By Victor Reklaitis, MarketWatch
It’s crunch time for manufacturers of flavored e-cigarettes, according to one analyst.
“2019 will be a make-or-break year for alternative tobacco product manufacturers to regain control of the flavors debate,” said Stefanie Miller of Height Capital Markets in a recent note.
If they don’t succeed on this front, these companies could face government regulations as soon as 2020 that aim to “ban virtually all flavors of every tobacco product — cigarettes and e-cigarettes alike,” she said.
One of the biggest developments in federal tobacco policy in the past year was the “seemingly meteoric rise in youth e-cigarette use,” Miller wrote. She warned e-cig makers that “the youth vaping ‘epidemic’ has captured the public’s interest in a way that creates a high degree of panic” among U.S. officials, and “policy born of panic is bound to have a series of unintended consequences, despite regulators’ best intentions.”
But on the plus side for major manufacturers of cigarettes such as Altria Group /zigman2/quotes/208895754/composite MO +2.35% , British American Tobacco /zigman2/quotes/209116881/delayed UK:BATS +0.24% /zigman2/quotes/210207837/composite BTI +1.04% and Imperial Brands /zigman2/quotes/208789104/delayed UK:IMB +1.24% /zigman2/quotes/206232937/delayed IMBBY +1.73% , the Food and Drug Administration is more interested in addressing youth vaping than cutting nicotine levels in conventional cigarettes, according to the Height analyst.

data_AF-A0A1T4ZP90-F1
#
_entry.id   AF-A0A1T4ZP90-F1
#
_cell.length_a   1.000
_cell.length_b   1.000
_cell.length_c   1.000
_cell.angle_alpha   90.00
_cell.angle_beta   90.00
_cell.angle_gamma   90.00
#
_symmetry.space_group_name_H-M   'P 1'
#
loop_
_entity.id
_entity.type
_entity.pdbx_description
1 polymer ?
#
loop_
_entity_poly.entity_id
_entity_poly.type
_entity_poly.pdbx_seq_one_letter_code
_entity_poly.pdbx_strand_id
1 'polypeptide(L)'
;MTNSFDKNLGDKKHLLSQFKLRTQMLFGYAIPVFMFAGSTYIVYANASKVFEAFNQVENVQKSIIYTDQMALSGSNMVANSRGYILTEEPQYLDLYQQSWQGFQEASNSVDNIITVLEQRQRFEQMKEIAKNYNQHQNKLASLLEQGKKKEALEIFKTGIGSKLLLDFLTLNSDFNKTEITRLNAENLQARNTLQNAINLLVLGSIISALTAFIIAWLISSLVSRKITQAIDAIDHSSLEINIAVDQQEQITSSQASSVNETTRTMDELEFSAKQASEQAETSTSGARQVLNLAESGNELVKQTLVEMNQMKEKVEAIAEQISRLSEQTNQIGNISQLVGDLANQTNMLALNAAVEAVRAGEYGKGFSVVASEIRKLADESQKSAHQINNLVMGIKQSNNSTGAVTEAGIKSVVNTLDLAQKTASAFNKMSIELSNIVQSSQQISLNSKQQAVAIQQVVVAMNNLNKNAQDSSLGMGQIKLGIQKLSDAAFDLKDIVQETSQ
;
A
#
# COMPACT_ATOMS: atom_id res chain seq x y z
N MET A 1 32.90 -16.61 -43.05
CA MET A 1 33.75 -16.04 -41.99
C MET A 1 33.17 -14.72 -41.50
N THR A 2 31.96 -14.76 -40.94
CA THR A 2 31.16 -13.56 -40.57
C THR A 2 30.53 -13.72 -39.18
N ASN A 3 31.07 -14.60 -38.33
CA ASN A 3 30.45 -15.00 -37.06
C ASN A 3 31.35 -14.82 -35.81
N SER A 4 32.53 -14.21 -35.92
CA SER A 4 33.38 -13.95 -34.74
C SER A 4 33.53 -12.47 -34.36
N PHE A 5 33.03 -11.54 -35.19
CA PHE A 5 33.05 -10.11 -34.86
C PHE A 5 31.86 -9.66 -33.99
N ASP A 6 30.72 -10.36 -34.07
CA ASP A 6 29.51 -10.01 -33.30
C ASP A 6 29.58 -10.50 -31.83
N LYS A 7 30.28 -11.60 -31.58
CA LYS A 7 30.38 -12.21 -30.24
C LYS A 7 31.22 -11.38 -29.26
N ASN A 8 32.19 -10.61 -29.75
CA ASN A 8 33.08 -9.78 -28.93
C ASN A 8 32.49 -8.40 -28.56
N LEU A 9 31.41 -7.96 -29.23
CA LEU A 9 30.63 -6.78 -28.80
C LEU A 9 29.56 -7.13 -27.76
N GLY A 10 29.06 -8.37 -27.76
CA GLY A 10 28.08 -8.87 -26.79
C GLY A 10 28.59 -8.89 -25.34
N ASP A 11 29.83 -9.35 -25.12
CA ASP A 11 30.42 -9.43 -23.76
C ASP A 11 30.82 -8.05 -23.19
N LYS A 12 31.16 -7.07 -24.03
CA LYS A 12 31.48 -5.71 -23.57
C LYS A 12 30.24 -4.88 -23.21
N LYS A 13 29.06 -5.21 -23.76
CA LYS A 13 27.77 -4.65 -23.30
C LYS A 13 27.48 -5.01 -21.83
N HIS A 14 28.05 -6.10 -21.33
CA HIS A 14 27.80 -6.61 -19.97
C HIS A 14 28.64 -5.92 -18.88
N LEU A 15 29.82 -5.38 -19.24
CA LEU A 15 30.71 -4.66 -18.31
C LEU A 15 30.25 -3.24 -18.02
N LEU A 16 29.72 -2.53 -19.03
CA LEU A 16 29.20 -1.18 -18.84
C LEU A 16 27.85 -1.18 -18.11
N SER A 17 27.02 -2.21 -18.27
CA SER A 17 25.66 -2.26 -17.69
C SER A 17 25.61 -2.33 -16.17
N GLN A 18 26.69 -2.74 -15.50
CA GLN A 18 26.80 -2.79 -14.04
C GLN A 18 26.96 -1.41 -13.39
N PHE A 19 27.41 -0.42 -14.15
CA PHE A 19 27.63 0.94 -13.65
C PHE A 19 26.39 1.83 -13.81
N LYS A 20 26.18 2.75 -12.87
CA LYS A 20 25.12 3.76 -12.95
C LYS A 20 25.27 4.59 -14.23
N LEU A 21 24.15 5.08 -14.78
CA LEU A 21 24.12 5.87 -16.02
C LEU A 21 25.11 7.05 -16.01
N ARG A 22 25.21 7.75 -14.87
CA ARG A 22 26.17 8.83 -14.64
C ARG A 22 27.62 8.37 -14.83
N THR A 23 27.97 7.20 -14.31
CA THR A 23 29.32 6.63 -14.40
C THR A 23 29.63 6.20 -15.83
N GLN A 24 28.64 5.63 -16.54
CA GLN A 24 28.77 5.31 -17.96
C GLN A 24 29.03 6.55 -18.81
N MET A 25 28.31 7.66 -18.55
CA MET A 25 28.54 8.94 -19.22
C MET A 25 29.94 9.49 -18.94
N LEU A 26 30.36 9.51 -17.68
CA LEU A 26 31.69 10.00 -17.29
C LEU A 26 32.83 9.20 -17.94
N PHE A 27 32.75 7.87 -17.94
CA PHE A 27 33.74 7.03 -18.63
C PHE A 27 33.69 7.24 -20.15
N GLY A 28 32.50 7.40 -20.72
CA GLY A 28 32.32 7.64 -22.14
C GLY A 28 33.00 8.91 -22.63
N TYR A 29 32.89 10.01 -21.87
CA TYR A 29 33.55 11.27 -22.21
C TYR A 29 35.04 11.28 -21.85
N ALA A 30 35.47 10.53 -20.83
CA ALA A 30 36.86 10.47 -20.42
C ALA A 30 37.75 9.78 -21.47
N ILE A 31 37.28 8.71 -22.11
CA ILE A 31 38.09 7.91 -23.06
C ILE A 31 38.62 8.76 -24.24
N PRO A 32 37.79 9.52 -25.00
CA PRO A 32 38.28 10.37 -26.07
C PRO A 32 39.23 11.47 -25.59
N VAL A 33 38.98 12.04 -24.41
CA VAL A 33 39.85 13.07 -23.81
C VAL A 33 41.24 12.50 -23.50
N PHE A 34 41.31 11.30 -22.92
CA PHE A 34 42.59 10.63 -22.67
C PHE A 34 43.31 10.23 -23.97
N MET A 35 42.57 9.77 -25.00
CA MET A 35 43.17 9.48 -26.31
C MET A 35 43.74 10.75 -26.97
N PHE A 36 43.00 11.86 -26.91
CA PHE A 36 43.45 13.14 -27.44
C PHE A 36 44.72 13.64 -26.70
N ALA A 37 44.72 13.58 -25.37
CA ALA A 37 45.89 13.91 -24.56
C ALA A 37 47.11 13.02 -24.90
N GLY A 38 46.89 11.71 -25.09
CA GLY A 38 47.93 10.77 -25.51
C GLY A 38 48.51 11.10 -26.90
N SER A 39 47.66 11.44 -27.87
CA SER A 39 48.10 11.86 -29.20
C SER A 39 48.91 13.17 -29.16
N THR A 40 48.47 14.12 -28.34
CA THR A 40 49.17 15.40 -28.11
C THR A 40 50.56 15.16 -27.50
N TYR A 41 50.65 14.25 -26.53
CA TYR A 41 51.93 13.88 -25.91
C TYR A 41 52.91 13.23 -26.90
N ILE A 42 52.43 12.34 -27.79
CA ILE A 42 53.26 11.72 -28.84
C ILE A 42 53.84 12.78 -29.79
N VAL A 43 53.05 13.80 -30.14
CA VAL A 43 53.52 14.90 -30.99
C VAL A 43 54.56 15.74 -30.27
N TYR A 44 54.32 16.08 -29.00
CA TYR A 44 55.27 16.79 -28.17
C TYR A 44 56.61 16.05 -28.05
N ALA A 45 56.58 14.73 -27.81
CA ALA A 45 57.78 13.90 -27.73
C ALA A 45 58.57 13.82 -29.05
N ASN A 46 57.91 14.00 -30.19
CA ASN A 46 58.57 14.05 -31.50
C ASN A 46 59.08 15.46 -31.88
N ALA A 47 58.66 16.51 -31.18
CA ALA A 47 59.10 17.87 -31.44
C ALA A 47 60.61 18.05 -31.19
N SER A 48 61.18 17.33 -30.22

Read more: The FDA has a plan to stop teen vaping
Even so, it’s a big challenge for those companies — along with others that want to or currently sell alternative products, such as Philip Morris International /zigman2/quotes/201611010/composite PM +2.87% and Juul Labs — that flavored e-cigs have captured the FDA’s attention in an unprecedented way, Miller said. She notes the agency’s Center for Tobacco Products, which aims to carry out the Tobacco Control Act, has only been in existence since 2009.
“The idea that these companies could be creating and even profiting from nicotine addiction in youth who may eventually transition to combustible cigarette use is devastating to regulators and certain factions of the public health community,” Miller wrote in the note dated Feb. 7.
Development of alternative products could be hampered if “most or all flavors are banned other than tobacco flavors,” and then other countries could follow the U.S. with their policies, she added. “It’s possible the e-cigarette category all but disappears,” Miller said, after being an area of major investment for tobacco giants.
This report was first published on Dec. 7, 2018.